The boot is conical shaped and open at the top. The boot may also have a drain (216 in FIGS. 1-2) to enable coolant (such as cold water) to be removed. Drain valves such as those used to drain boats that have a plug that is retained in the drain hole are suitable. Water may be drained through the drain valve to a flexible (preferably transparent) tube (218 in FIGS. 1-2). The drain is shown on top of the boot front but may be located at any convenient place of the lower section of the boot. The conduit tube can be loosely attached (212) to the side of the boot as shown FIGS. 1-2. The tube will be attached, for example, to an air pump to bubble air through the liquid in the boot and may be used to agitate and to circulate water in the boot and around the legs and foot. Coolant (and/or air) may also be circulated into and out of the boot by suitable pumping means through the tube 212 or through other conduits that are placed at the top of the boot and extending downward inside the boot structure. The tube, 212, facilitates bubbling air or other gas into the liquid in the boot to mix the coolant, oxygenate the coolant and provide a massaging action. The tube, 218, when attached to the drain 216 and disposed alongside the boot as shown in FIGS. 1-2 can be used as a handy sight glass to determine the liquid level in the boot.
 Again referring to FIGS. 1-2 a prototype boot is conical shaped vertically for better mobility and ease of use. In general the boot will be even more conical that it appears in FIGS. 1-2 as illustrated in FIG. 3. The conical shape is especially important if the boot has no side opening but is adapted to be rolled down to fit the foot into the boot.
 Waterproof zippers, 226 are optionally located around the sides of the boot 201. Two zippers placed opposite each other have performed well in trials of a prototype and are preferred. One or more zippers are suitable in appropriate circumstances. These zippers allow the boot walls, 201, to be opened to allow the foot to be fitted into and secured in the boot and be properly placed a leg retention means located in the inside bottom of the boot. Items 232 (FIG. 2) are pockets extending substantially the length of the boot wall into which are placed stiff battens (234) to hold the boot upright and prevent sagging.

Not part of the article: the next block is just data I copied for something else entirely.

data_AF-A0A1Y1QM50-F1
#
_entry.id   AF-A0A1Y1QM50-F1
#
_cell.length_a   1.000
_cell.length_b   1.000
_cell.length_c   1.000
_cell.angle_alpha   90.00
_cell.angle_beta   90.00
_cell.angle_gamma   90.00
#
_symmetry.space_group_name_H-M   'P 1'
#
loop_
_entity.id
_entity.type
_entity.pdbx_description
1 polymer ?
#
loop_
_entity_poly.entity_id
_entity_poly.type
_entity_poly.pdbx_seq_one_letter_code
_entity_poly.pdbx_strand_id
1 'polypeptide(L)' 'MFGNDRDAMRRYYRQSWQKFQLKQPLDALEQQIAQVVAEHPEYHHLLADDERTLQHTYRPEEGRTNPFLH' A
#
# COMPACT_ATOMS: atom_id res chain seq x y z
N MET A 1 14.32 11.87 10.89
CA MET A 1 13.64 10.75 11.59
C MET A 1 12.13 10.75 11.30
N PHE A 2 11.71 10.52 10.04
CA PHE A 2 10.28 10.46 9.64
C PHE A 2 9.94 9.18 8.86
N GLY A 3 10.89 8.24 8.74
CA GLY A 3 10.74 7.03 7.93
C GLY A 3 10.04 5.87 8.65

In a prototype, the walls, 201, were made of a Polyurethane (TPU) coated fabric and the batten pockets and zippers were rf welded to the TPU fabric. The relative locations of the zippers (210) and batten pockets, 232, shown in the Figures are illustrative only and have proved useful in a prototype, but other locations, and number of zippers and batten pockets may also be varied as desired and such other arrangements are within the scope of this invention. The important aspect is that the boot walls may be opened (or able to be folded down) to fit the foot into the boot and secure it to the boot bottom. The removable battens hold the boot upright in use but can be removed when the sides are opened or rolled down. Other forms of opening devices, rather than zippers that will allow the boot to hold water for a substantial period are also within the scope of the invention. Lighter weight fabric may be used to allow a boot without zippers or other side opening to be rolled down to allow access to the boot bottom.